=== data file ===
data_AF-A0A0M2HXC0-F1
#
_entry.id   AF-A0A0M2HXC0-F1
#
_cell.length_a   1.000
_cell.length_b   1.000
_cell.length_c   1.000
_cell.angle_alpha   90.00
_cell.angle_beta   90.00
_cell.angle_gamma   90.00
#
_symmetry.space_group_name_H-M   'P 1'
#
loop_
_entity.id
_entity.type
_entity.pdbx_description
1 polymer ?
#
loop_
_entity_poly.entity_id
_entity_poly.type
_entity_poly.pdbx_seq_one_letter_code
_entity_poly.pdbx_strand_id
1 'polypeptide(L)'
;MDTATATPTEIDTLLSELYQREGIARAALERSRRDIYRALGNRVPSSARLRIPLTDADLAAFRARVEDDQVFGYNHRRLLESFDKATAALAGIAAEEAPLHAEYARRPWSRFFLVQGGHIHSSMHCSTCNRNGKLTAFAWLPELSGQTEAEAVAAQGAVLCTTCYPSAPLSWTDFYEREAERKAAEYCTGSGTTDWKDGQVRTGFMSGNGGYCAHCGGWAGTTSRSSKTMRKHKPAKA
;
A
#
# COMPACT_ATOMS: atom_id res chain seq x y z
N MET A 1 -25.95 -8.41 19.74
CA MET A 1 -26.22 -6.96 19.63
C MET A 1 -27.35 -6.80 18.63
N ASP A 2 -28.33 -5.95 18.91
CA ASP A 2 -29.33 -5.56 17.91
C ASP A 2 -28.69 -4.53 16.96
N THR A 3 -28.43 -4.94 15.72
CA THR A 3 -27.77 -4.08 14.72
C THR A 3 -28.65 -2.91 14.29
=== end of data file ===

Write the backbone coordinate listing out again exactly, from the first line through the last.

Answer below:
data_AF-A0A0M2HXC0-F1
#
_entry.id   AF-A0A0M2HXC0-F1
#
_cell.length_a   1.000
_cell.length_b   1.000
_cell.length_c   1.000
_cell.angle_alpha   90.00
_cell.angle_beta   90.00
_cell.angle_gamma   90.00
#
_symmetry.space_group_name_H-M   'P 1'
#
loop_
_entity.id
_entity.type
_entity.pdbx_description
1 polymer ?
#
loop_
_entity_poly.entity_id
_entity_poly.type
_entity_poly.pdbx_seq_one_letter_code
_entity_poly.pdbx_strand_id
1 'polypeptide(L)'
;MDTATATPTEIDTLLSELYQREGIARAALERSRRDIYRALGNRVPSSARLRIPLTDADLAAFRARVEDDQVFGYNHRRLLESFDKATAALAGIAAEEAPLHAEYARRPWSRFFLVQGGHIHSSMHCSTCNRNGKLTAFAWLPELSGQTEAEAVAAQGAVLCTTCYPSAPLSWTDFYEREAERKAAEYCTGSGTTDWKDGQVRTGFMSGNGGYCAHCGGWAGTTSRSSKTMRKHKPAKA
;
A
#
# COMPACT_ATOMS: atom_id res chain seq x y z
N MET A 1 -25.95 -8.41 19.74
CA MET A 1 -26.22 -6.96 19.63
C MET A 1 -27.35 -6.80 18.63
N ASP A 2 -28.33 -5.95 18.91
CA ASP A 2 -29.33 -5.56 17.91
C ASP A 2 -28.69 -4.53 16.96
N THR A 3 -28.43 -4.94 15.72
CA THR A 3 -27.77 -4.08 14.72
C THR A 3 -28.65 -2.91 14.29